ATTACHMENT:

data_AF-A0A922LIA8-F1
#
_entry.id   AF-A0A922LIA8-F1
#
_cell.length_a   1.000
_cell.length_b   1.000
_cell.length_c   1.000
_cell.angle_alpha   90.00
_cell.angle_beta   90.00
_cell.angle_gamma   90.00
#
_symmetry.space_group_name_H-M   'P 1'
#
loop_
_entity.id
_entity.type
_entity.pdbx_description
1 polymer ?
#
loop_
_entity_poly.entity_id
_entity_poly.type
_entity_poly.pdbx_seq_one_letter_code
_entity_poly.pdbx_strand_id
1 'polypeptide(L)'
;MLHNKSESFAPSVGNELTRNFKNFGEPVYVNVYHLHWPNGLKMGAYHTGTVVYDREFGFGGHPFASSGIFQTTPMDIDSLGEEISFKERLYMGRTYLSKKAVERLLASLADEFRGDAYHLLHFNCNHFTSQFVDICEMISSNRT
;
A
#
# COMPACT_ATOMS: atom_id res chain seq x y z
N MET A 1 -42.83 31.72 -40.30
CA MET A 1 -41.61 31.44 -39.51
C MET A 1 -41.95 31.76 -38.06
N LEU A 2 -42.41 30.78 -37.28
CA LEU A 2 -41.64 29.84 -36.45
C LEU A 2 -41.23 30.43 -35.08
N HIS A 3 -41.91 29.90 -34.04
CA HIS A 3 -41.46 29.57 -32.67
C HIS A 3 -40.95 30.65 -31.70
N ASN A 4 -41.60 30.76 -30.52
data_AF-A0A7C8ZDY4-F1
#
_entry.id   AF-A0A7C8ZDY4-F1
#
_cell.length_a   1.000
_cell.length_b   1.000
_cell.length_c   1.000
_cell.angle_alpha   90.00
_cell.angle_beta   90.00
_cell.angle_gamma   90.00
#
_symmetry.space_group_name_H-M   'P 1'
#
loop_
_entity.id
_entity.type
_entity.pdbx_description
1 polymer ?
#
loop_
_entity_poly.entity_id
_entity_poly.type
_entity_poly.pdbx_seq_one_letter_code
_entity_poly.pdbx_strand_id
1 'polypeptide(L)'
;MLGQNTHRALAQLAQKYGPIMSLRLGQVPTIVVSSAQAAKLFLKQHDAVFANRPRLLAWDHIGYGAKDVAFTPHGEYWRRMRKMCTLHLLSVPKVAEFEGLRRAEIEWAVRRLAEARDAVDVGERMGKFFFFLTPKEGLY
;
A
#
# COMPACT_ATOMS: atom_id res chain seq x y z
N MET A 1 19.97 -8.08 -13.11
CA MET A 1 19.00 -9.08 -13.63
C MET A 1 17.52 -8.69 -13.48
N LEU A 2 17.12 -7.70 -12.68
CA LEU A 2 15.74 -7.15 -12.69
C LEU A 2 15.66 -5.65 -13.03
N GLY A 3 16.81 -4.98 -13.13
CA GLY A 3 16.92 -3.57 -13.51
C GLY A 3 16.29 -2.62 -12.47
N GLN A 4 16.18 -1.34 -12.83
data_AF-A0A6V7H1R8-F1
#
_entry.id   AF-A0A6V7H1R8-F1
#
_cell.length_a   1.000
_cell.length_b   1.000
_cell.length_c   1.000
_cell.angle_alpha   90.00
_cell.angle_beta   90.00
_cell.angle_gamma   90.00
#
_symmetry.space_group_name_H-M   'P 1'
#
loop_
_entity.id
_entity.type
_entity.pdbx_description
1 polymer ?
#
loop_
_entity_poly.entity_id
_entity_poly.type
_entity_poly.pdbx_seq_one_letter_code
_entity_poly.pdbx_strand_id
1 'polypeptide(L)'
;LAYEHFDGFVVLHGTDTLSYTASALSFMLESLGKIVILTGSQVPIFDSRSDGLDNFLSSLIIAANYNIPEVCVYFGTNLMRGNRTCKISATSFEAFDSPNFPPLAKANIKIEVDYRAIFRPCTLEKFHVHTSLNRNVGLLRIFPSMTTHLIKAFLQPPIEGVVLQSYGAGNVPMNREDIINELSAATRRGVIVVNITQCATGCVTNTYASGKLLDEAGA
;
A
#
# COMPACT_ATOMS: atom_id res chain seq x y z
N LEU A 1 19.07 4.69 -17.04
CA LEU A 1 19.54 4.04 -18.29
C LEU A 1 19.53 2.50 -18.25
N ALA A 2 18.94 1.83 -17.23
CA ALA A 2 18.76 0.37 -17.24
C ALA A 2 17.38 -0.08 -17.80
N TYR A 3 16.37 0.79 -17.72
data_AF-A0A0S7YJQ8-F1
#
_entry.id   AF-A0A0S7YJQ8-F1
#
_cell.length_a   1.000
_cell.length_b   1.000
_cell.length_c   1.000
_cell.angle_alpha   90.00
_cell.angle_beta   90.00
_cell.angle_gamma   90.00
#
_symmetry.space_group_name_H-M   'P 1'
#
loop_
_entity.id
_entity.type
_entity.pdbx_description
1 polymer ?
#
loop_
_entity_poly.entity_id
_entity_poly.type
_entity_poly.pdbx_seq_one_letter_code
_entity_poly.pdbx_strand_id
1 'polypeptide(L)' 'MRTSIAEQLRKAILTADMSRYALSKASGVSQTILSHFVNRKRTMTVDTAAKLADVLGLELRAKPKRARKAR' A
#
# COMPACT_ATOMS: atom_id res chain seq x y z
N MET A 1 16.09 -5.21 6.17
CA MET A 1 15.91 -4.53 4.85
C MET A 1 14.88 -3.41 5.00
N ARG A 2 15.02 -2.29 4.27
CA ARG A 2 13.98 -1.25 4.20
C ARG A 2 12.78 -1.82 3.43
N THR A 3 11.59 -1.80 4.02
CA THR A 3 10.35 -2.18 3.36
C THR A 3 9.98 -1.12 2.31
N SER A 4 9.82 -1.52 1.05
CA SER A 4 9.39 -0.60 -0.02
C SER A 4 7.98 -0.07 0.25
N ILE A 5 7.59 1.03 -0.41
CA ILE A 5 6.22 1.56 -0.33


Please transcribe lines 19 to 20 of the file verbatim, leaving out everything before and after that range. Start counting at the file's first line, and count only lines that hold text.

#
loop_